14. macrumors 603

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    #14
    Lr is a different beast than Ps, so you need to start thinking about it differently. In Lr edits are done non-destructively, so you can 'reset' back to RAW file at any time. As well, you can take, iirc, snapshots. I don't use this feature, but if memory serves, it basically allows you create saved points in the editing process. Instead of 'resetting' right back to the original RAW file, you just snap back to the previous snapshot.

    However, there is another option. At any point you can 'clone' the image. This creates a new image with all of the edits (and metadata) of the original. (Technically, that's not quite true. It creates a duplicate of database entry that records the edits ... so you can have as many cloned images as you want and not use up any more storage room). Each of the cloned images can be reset back to the original RAW, as well as the image you cloned from.

    In your case, I would suspect you would pick the images that you were going to composite together in Lr, and then export them to a temporary working directory. Then you would pass the key photo from Lr to Ps. In Ps you would do your masking and and whatnot. Maybe doing the Save As thing too. I work the same way, tbh. At the end you "save" the key photo and that puts the finished image back into Lr. Then you delete the working photos from the temporary directory, archive the versions you want to keep.... Walla! Sell the piece to the Tate Modern.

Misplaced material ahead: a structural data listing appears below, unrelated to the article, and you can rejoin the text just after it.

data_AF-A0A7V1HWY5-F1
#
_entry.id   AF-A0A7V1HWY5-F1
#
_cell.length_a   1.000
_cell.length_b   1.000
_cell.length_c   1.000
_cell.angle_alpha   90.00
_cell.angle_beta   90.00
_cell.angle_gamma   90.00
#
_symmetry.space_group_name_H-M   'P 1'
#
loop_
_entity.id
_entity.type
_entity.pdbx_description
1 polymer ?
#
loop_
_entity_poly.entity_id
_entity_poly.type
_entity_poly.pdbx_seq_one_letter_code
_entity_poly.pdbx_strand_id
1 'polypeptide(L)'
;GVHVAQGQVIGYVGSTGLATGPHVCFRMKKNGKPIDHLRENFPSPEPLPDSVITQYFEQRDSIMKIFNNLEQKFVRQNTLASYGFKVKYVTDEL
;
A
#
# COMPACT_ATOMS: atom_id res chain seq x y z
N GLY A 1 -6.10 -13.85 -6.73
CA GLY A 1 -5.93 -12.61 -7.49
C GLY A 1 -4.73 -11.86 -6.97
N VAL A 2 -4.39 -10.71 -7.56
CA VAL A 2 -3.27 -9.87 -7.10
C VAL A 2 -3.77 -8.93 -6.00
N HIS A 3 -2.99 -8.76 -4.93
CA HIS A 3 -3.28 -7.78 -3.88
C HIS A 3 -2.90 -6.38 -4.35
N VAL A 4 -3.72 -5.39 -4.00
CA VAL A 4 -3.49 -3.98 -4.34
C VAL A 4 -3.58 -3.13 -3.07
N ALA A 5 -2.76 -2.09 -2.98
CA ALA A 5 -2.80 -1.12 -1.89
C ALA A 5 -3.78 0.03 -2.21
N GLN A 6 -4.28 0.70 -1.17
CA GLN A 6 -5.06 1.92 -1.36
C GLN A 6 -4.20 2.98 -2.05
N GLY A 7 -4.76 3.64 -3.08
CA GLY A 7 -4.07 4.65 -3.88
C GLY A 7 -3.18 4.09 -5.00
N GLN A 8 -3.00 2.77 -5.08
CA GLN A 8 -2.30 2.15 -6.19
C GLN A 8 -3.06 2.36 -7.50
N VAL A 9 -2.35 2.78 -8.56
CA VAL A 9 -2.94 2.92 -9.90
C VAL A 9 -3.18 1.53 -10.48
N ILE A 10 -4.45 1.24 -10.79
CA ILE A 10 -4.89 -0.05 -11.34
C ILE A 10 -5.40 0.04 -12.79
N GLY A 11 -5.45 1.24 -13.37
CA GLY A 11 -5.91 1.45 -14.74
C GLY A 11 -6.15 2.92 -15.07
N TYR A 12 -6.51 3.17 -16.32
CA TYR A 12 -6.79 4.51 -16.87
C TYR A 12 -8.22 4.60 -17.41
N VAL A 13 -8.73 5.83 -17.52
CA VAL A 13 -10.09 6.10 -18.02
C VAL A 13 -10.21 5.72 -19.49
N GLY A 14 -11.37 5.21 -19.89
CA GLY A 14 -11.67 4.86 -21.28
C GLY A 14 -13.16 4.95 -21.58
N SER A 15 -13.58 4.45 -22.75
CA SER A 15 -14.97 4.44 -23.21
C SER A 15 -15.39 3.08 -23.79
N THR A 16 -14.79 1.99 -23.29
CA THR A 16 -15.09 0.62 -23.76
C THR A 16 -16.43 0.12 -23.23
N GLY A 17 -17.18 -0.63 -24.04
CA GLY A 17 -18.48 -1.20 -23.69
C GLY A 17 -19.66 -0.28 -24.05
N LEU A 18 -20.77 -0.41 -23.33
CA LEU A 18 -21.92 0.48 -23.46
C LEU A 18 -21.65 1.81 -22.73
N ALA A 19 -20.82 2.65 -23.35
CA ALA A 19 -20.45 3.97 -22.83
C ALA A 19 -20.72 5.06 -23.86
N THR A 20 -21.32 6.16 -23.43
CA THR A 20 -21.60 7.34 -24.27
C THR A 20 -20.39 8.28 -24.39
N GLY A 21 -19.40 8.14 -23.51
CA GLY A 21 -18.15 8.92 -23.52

15. thread starter macrumors 68000

    patent10021

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    #15
    Hmmm Well if Lr can save the progress for me at various stages then that would be great. Then I wouldn't need 5-10 PSDs of one image for redundancy. I'll have to look into this iirc you're talking about.
     
  16. macrumors 603

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    #16
    Just in case you weren't trying to be funny. :). Iirc = if I recall correctly.
     
  17. macrumors 65816

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    #17
    As said above, there is no concept of saving in LR. It saves everything you do without you having to worry about it. It sounds like you can use two features in particular - snapshots and photo stacking.

    I haven't worked with snapshots yet but you can take a snapshot at any time while working on your image.

    When you edit in PS you have the option of editing a copy. This can be similar to a snapshot but it is more memory intensive as it makes a copy of the image. Then in your catalog you will see something like 1 of 3, 2 of 3, etc. These can either be listed side by side or in a "stack."

    I'm still getting a handle on the work flow but PS + LR is a winning combination IMO.

    ----------

    Oh, and if you adjust levels in PS Camera RAW and then synchronize across several images it will be much faster in LR. Since it only has to open the command files to apply the changes instead of every image.
     
  18. thread starter macrumors 68000

    patent10021

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    #18
    :d

     
  19. thread starter macrumors 68000

    patent10021

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    #19
    :d

     
  20. thread starter macrumors 68000

    patent10021

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    #20
    :d

     
  21. macrumors 68000

    mofunk

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    #21